TCBY to fill in Red Mango spot at ilume

Outside of the location on Abrams and Mockingbird, I really hadn’t thought TCBY was still much in the froyo game, but today’s drive-by proved me wrong. I was slightly stunned when Red Mango quietly closed about three months ago, but it doesn’t look to be an empty space much longer — or even stop selling yogurt. TCBY moves in soon.

The sign has actually been up since the Pride parade, Eric Pederson told me.

“We’re very excited to have them here,.” Pederson of the Crosland Group said. “We’re hoping that the shop will be up and running by Dec. 1.”

Pederson handles the retail leasing for the ilume. There is still some paperwork and permits to complete, but Pederson foresees the location to be a great addition to the gayborhood. Unlike the Lakewood location, this TCBY may go with the self-serve format like many of the newer froyo shops. Perhaps TCBY is finding its competitive spirit again.

—  Rich Lopez

COVER STORY: Brunch meets nightclub

MIMOSAS AND DRAG | In gay culture, brunch is a major social and culinary event, where fancy eggs benedict (like that at Dish, above left) and bottomless mimosas are standard issue. But they are becoming more fun, with drag queens part of the morning’s entertainment at Dish and Axiom Sushi Lounge in the ilume, and ZaZa’s Sunday School brunch (above right) serving up sparklers, DJs and girls dancing on tables. (Arnold Wayne Jones/Dallas Voice)

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Sunday brunch in Dallas’ LGBT community has evolved into much more than just a meal; it’s a way to keep the weekend party going

ARNOLD WAYNE JONES  |  Life+Style Editor
jones@dallasvoice.com

Mad Men portrays the 1960s white businessman’s three-martini lunch. The Golden Girls ate cheesecake late night around a kitchen table. Carrie always sipped cosmos with the girls during cocktail hour while gossiping at the local club.

But in gay culture, the ritual of a Sunday brunch has long served as a social nexus, a place where all the major deals are made — and the arbiters of local society convene to hold court in the sobering light of day.

Putting together the right crew is part of the finesse that comes with planning the ideal brunch experience. “Not all my friends get along so I have to juggle it,” says one brunch regular.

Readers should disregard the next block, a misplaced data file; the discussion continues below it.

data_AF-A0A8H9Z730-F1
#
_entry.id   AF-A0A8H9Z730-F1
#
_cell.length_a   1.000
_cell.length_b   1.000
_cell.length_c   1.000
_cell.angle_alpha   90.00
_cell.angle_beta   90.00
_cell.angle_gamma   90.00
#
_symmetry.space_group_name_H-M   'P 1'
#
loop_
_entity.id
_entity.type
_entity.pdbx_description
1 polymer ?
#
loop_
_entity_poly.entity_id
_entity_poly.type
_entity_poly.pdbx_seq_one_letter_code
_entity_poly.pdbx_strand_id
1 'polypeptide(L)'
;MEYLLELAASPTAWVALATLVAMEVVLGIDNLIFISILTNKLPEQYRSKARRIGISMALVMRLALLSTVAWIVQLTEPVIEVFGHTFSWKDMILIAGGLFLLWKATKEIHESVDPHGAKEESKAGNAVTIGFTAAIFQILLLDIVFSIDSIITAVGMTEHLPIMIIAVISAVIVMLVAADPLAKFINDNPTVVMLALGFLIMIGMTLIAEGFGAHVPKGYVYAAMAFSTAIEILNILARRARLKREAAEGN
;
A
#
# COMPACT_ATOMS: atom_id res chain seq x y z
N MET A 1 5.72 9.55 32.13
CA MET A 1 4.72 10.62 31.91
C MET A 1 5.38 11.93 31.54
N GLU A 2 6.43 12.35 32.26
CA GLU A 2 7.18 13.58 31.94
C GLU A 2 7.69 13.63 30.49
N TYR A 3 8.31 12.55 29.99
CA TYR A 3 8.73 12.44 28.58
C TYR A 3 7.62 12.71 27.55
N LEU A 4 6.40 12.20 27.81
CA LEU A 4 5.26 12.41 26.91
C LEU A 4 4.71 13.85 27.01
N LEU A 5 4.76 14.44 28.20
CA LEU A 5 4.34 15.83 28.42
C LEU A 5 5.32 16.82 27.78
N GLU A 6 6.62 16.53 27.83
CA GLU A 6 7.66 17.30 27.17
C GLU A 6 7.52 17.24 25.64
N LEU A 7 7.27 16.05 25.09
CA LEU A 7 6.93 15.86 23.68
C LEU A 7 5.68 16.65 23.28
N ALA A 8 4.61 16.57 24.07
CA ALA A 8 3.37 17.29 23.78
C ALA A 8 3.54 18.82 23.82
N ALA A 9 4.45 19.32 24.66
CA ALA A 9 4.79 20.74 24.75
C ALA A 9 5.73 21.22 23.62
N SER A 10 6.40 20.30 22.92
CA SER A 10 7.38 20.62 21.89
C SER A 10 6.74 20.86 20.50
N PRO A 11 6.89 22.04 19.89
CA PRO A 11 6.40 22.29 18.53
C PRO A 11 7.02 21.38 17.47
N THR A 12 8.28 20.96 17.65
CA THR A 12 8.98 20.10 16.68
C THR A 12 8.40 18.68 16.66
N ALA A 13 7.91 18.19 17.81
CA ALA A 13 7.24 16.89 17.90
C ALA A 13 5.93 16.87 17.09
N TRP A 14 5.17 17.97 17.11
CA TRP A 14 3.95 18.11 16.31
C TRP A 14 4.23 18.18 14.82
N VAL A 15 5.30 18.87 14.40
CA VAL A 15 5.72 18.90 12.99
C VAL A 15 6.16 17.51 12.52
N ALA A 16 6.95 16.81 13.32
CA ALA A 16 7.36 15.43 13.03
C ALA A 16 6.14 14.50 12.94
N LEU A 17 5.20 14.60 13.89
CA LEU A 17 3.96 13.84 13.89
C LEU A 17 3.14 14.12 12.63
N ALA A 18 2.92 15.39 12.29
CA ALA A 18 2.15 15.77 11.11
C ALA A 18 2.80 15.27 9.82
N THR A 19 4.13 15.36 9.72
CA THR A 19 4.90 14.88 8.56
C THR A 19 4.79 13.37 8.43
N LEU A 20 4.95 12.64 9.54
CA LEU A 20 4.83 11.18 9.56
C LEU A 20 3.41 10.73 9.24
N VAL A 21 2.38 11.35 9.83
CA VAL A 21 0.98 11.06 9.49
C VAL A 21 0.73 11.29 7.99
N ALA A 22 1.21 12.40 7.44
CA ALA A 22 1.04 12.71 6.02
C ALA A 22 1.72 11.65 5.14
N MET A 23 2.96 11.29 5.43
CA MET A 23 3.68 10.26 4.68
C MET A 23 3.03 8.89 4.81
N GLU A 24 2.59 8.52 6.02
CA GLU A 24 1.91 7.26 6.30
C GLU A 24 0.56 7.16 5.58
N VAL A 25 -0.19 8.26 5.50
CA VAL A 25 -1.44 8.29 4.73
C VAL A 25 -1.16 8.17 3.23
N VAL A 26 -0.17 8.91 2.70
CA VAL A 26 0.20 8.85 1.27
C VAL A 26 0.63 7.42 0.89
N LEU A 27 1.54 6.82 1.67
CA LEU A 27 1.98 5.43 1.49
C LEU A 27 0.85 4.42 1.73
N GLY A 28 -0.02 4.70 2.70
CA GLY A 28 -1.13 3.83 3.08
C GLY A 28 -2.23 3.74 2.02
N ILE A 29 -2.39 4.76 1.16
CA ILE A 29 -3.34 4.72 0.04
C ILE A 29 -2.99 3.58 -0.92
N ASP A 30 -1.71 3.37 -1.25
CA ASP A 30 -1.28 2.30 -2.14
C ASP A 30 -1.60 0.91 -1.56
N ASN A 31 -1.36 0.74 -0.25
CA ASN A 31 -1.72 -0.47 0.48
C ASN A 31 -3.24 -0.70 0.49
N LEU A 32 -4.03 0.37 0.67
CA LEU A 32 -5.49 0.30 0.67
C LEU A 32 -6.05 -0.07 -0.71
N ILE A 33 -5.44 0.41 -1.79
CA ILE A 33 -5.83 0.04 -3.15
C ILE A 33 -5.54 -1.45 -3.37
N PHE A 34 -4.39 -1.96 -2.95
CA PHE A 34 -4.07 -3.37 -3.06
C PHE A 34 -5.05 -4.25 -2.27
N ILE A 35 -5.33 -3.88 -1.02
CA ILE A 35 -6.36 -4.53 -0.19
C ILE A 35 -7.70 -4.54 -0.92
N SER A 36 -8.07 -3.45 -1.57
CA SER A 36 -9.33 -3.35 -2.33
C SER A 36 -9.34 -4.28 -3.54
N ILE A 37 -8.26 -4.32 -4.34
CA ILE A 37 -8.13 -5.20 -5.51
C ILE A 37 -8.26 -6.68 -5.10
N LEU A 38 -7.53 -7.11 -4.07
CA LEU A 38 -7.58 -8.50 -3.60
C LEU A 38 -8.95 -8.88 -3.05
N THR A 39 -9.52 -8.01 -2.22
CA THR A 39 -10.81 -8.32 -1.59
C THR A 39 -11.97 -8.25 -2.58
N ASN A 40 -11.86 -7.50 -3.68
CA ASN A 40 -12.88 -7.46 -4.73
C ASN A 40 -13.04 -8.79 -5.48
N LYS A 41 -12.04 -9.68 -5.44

“I usually have a herd of about five [regular brunch buddies],” says Joshuah Welch, who manages the ilume property where two tenants — the restaurants Dish and Axiom Sushi Lounge — have recently initiated theme brunches. Today, though, it’s just Welch and one other friend: “I was in a coma until 15 minutes ago,” Welch said.

Nursing a hangover is definitely another purpose of the brunch trek: Where else can you have food and alcohol on a Sunday morning to satisfy the twin desires to ease your headache and fill your belly? But the hangover element can affect where you choose to meet your friends. A place with loud music isn’t necessarily all that welcome when you’re sound sensitive, one diner — wearing sunglasses inside — ruefully admits as the music strikes up.

And there’s definitely music, highlighting the latest local trend in brunching: Turning the traditionally staid eggs-benedict-and-mimosa chatfest into something more like a nightclub bathed in sunshine.

The glam world of the party brunch is upon us.

Gays, of course, have always made brunch more a social function than a dining one — at least in urban areas. (Out-of-towners visiting Dallas say the gay community in Northwest Arkansas does not gather routinely for brunch.)

While a hearty meal accompanied by some hair o’ the dog is a reason for brunch, it is by no means the only one. Sunday in the gay community can be akin to a war room strategy session.

“You meet to plan your week — decide what you’re going to do for Sunday Funday,” says regular bruncher Eli Duarte.

“Where else can you find our community gathered in the daylight?” asks Tim O’Connor, another diner, with a hint of sarcasm. “There are not a